Experience the suspense, mystery, and electrifying twists
as this series follows seemingly unconnected, ordinary people
around the globe who discover they have extraordinary powers.
As they come to terms with their unique abilities, their risky
decisions will affect the futures of everyone around them...
and the world...
an almost overnight success and it's not hard to see why.
The show follows a group of normal people from around the
world who suddenly discover that they've got unusual super
powers. None of these powers are duplicated amongst those
that have them. Some of the powers are welcomed by their owners,
but not all of them.
the first season (or "volume" as the series like
to call itself) reaches a close I was surprised to see how
shallow the storyline actually is if you strip it down. Basically,
and this isn't spoiling anything, we are building towards
a single, catastrophic event that will take place in New York
City - effecting the entire planet. And, in a nutshell, that's
it. The entire second half of Season One slowly limps
its way to this big show down (which happens rather quickly
in the last 10 minutes of the last episode, I might add).
Sure all the suspense and excitement of getting there is wonderfully
built, and to be honest the show's creator, Tim
Kring, is a genius. He's built up so many regular
characters with so many twists and turns that you never actually
question the main narrative. So a simple event, that on any
other show (say The X-Files, or Buffy for example)
would have been over in a two-part episode at a push, can
carefully be stretched over 23 episodes without it feeling
like we are being cheated out of any real story. Thread in-between
this a lot of little mini-stories to keep the audience from
seeing where you're going, and there you have it: Kring's
masterpiece banged to rights.
like I hate the show, far from it - I loved every second of
it. I even enjoyed the rather clichéd season ender
- yes even the bit with the manhole cover. The show does offer
something new to the sci-fi genre; it does have fantastic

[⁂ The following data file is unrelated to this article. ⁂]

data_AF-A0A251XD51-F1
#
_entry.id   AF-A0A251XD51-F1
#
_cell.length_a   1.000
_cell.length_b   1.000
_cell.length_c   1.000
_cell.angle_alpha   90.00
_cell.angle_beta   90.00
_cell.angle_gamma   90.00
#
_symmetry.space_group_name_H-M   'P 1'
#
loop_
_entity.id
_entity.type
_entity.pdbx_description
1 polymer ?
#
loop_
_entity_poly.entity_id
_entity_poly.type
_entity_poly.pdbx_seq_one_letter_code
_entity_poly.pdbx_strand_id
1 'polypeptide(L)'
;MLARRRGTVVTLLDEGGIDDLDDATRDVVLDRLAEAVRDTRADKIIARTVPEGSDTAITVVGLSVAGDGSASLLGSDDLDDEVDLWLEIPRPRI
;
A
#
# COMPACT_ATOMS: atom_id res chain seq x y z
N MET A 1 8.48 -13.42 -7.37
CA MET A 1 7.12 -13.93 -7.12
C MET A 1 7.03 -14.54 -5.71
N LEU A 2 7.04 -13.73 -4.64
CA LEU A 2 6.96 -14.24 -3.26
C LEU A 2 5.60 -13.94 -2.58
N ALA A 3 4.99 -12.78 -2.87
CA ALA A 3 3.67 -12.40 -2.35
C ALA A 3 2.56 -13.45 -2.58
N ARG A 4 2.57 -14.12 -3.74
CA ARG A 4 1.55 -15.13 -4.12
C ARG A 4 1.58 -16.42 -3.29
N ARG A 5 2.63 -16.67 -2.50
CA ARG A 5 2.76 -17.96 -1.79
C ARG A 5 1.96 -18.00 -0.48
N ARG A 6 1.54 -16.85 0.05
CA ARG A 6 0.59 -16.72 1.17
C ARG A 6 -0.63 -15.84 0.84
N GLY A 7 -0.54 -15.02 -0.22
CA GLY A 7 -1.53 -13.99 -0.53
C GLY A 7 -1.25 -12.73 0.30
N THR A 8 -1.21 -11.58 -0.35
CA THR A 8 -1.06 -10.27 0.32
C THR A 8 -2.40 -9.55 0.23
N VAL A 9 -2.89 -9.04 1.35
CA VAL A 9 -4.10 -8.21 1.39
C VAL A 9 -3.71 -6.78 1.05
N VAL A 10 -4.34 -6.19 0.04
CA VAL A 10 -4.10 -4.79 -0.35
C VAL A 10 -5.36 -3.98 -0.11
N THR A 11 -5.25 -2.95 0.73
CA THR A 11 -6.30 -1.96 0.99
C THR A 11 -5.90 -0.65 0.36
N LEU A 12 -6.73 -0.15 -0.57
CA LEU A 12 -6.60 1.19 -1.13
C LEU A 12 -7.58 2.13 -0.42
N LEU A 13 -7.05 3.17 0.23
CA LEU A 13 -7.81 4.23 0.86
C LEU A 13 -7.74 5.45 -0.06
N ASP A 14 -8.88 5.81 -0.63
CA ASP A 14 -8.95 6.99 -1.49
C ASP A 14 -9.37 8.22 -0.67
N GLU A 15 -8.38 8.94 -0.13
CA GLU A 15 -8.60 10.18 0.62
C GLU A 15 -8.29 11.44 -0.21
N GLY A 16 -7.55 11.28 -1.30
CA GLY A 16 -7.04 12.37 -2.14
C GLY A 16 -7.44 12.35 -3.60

actors; it does have incredibly high production values; and
it is a joy to watch.
are some incredible guest stars in the second half of the
season, including George Takei, Christopher Eccleston (who
plays an invisible man who is an Obi-Wan Kenobi like character),
Eric Roberts, Stan Lee, an almost unrecognisable Ellen Greene
(Little Shop of Horrors) plays Sylar's mother, and
Malcolm McDowell. There are more than a few surprises too
for a lot of the main characters. The great thing about having
so many main characters is that it's not hard to simply kill
off several as you go. I suppose it stops the actors from
demanding more money as the show goes on - as they know that
they are dispensable - but it also gives genuine jeopardy
to the events that unfold. You have no idea if any of the
characters will die at any moment and that really gives this
show a serious edge that you just don't get in TV programmes
include audio commentaries on every episode with various cast
and crew members; deleted scenes for most episodes; Profile
of Artist Tim Sale (11 minute interview with Tim Sale,
who provides all of Isaac's paintings - although he doesn't
colourise them as he admits to being colour-blind) The
Stunts (10 minute interview with stunt coordinator, Ian
Quinn, which looks at a couple of the stunts in the show);
and The Score (9 mins look at the use of music in the
series. Includes interviews with composers Wendy Melvoin and
Lisa Coleman and audio engineer, Michael Perfitt).
the episodes themselves are worthy of a finished mark of 10/10,
the fact that Universal Pictures are blatantly trying to squeeze
as much cash out of fans of the show as is possible is almost
criminal. For fans that have bought this in two half-season
box sets the entire season will have set you back £70.
released on the same day as Season 1 - Part 2, is The
Complete Season 1 box set which retails at £60.
The Region 1 DVD, which has been available in America for
months before the UK release, contains the entire first season
for $60 (around £30) and you get the exact same extras.
In this day and age, where almost everyone owns a multi-region
DVD player you've got to ask yourself why UK consumers are
having to pay more for a half-season box set than our American
cousins do for an entire season.
show, great episode, rip-off UK retail price. You're better
advised to buy the entire season box set, or better still
you might be better off purchasing the American box set from